Learning piano in U.S.Agreenspun.com : LUSENET : Everything About Teaching and Learning the Piano : One Thread
Hi, I started getting my first piano lesson when I was 12 years old in Vietnam. I took private lessons for only 2 years, then I stop to concentrate more on school (Music or piano is not part of the curriculum in highschools in Vietnam). As I remember I was at Classic level 1, so pretty much like a beginning level i guess. However, I've been trying to squeeze my time once in a while to practice playing songs myself in the past 10 years in order not to forget everything. I am able to play Marriage D'amour, Fur Elise (the complicated version) and some chinese songs. Now, I am 25 years old, working as Software Engineer. Piano is still in my heart and I really want to be able to get a teaching credential in piano someday in my life. Nonetheless, I have never taken any piano course in U.S. and I learned piano in French way (not American way) in Vietnam. I don't know anything about A, B, C, but only Do, Re, Mi, Fa, Sol...I am able to read complicated notes and practice myself. I don't know where to start working for my dream. Especially, I am working more than 40 hours/week from 9pm to 5pm. Most of the music classes (musicianship, theory, jazz, class pianoes) are in the morning or afternoon. What should I do to pursue my dream when I only have free time in the evenings and weekends? Should I take a piano class at community college? Is taking private lessons is the only way that fit me since that doesn't require any strict schedule? Taking private lessons for a long time probably is too expensive for me. Is there any path or environment that I can join and follow all the way through? I know it's definite that I can't pursue a music degree at a university when i don't have time in the morning or afternoon. I read almost all the threads in this discussion board and learned about Grade 8, RCM, ARCT exams. How do I know what grade i m in? Is it like SAT or GRE that you just go to a center to take an exam and they would give you a certificate of what level you are in? I found this link http://www.rcmexaminations.org/
By the way, I think about giving myself 10 years to work for a teaching credential. That means I hope I can be a piano teacher when i m 35 years old. Is that too long or too short? I am sorry if my question is silly. :)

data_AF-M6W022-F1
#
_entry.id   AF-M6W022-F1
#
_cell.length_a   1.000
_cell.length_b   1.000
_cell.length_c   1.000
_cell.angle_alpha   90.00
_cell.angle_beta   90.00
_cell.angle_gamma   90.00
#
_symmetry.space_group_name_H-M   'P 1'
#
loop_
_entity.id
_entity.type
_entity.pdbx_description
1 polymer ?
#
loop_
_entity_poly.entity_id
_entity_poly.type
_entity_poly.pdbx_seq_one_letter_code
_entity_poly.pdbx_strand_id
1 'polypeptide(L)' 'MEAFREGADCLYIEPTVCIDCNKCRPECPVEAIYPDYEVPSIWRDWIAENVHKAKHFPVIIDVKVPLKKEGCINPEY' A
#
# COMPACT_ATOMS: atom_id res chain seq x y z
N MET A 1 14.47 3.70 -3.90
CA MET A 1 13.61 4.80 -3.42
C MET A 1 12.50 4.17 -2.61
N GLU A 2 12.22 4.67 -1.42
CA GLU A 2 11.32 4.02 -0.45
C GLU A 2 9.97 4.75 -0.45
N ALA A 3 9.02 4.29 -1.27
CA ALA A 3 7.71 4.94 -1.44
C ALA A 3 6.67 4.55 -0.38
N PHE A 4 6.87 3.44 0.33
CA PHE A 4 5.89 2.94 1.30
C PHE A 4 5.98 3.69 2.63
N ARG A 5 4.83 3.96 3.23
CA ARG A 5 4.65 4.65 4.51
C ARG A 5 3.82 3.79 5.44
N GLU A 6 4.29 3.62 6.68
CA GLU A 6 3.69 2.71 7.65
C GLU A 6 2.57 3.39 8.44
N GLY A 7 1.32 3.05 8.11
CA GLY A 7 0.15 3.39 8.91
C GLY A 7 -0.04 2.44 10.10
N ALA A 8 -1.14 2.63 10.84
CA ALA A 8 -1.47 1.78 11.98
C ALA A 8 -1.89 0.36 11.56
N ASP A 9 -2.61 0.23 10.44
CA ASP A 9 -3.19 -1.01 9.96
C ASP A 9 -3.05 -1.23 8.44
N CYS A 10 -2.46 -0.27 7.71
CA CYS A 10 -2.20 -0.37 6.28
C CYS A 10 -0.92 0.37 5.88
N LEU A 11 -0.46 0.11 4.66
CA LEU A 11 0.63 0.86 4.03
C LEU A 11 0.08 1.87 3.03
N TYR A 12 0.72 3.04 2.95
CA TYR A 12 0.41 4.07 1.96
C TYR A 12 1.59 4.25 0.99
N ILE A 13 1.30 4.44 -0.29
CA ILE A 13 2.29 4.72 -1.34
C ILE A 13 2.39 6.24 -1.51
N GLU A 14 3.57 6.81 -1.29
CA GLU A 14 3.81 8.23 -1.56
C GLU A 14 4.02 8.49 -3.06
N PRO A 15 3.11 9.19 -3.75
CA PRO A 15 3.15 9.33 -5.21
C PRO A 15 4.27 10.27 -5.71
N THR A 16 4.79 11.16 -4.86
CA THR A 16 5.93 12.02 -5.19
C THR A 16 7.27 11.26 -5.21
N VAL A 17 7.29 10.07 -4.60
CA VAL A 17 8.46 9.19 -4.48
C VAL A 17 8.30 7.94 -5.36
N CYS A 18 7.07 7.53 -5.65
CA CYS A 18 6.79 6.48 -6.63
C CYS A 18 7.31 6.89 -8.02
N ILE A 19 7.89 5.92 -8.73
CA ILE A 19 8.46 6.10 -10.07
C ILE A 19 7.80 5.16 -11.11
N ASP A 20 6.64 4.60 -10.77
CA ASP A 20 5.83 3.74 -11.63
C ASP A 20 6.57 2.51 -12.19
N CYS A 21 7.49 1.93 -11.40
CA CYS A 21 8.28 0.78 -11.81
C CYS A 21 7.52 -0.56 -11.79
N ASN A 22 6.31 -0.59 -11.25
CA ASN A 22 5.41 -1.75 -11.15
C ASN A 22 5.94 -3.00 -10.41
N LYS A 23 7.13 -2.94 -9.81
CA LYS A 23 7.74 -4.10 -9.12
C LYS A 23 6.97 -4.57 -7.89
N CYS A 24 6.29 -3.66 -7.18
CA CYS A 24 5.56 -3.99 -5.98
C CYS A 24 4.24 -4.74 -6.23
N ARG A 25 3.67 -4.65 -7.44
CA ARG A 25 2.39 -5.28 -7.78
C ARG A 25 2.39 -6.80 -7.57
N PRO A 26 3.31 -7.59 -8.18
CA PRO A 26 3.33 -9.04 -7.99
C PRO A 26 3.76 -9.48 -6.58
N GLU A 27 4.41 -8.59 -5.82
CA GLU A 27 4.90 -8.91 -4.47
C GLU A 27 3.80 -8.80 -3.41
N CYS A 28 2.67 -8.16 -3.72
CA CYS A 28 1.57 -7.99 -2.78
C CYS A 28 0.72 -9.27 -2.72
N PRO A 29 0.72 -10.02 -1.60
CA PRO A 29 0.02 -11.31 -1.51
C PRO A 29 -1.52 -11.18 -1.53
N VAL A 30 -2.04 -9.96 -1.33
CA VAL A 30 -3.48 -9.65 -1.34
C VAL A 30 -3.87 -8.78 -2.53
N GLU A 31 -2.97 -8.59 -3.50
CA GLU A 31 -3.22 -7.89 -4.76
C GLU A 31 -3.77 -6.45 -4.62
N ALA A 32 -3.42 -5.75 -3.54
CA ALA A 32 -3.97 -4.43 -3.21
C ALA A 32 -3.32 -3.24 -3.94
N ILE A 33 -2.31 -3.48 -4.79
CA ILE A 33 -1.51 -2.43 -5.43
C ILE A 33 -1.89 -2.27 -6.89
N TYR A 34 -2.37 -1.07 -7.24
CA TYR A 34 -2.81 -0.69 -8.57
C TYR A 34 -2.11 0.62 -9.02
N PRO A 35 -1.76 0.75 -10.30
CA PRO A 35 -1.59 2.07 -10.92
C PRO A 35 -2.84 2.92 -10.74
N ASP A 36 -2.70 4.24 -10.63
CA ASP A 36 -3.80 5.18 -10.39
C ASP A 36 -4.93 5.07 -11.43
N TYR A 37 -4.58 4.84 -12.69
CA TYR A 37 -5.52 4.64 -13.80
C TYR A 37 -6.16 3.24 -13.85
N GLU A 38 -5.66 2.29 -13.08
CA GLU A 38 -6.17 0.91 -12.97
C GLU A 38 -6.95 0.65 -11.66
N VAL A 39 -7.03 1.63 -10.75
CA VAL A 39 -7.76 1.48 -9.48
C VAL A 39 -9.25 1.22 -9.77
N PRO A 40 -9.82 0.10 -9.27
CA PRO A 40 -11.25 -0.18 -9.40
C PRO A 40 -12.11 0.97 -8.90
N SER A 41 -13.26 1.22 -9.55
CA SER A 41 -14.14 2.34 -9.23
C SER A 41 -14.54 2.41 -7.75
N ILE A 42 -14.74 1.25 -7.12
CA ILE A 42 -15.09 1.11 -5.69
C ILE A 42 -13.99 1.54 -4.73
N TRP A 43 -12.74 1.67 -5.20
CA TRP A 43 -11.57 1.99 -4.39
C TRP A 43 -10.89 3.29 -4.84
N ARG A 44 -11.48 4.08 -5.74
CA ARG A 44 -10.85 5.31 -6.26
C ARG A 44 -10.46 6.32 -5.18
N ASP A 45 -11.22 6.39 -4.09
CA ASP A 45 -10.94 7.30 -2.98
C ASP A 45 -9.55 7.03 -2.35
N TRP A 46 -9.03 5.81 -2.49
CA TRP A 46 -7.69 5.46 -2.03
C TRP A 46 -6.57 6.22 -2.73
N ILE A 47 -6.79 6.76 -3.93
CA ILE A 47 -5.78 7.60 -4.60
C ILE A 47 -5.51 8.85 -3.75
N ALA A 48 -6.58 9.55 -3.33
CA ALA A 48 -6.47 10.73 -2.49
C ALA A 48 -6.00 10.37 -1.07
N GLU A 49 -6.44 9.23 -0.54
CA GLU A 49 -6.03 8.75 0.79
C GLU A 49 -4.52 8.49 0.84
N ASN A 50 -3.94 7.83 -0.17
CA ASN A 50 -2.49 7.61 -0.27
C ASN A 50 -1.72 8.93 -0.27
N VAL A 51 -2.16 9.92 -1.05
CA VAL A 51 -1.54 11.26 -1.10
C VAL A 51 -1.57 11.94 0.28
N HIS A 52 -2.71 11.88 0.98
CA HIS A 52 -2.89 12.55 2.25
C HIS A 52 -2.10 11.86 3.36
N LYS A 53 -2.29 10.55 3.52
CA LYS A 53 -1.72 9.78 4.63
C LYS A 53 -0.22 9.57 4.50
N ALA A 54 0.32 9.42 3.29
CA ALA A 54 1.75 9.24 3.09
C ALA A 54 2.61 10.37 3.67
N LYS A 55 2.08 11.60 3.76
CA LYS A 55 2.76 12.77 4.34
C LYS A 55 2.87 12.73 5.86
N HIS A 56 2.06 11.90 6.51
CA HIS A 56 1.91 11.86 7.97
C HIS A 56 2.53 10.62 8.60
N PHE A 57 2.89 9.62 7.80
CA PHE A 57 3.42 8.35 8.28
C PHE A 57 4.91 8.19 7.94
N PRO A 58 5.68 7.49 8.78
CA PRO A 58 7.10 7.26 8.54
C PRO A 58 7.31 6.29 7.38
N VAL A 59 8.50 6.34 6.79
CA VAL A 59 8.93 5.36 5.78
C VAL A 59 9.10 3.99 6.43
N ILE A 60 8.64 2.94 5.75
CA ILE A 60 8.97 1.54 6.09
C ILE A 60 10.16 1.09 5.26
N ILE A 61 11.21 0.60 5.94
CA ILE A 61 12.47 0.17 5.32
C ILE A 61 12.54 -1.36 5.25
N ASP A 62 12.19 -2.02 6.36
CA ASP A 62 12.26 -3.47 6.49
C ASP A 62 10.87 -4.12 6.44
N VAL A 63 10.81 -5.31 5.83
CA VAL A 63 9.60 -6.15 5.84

-- Hongvan Nguyen (firstname.lastname@example.org), September 13, 2004
I don't think your question is silly at all...and I think 10 years is not unrealistic, given that you are working full time.
In my opinion, private lessons are probably your best bet. Regarding the expense, do you have some skill you could offer to trade with the teacher in return for lessons? Perhaps creating and maintaining a website for them, maintaining their computer, or some other skill you can offer? Or, perhaps you could get lessons with a less experienced (and less expensive) young teacher, who is being supervised/mentored/trained by an experienced teacher.
Regarding the grade level, Fur Elise is classed as Grade 7 by the RCM. You can get their syllabus, which lists pieces by their grade level, and also what the technical expectations are for each grade. I'm not sure if you can order one from their website; if you want to email me, I will see if I can find a place you could order one from. If you want to take an RCM exam, you prepare a certain number of pieces, scales, etc. and are examined on them. Exams also include sight-reading and ear tests.
About the French names: I think if you're planning to teach in the USA you must learn to use the English names...and I think the only way to do that is to practise! Spend a bit of time each day naming the notes the English way, and it will come in time.
I admire your energy -- to be able to practise after a full day's work is impressive -- and your dream. Tell everyone (well, maybe not your boss!) your goal, and maybe you'll find someone who can help you. Good luck!
-- Alice Dearden (email@example.com), September 15, 2004.
Thanks alot for your advice. It is very helpful to me. You are such a sweet person.
-- Hongvan Nguyen (firstname.lastname@example.org), September 15, 2004.
Hi, Sorry this is a bit out of context, but I'm looking for the score sheet Marriage D'Amour, if you have it, could you do me this huge favour and email it please? Greatly appreciated.
-- Amanda Tay (email@example.com), October 16, 2004.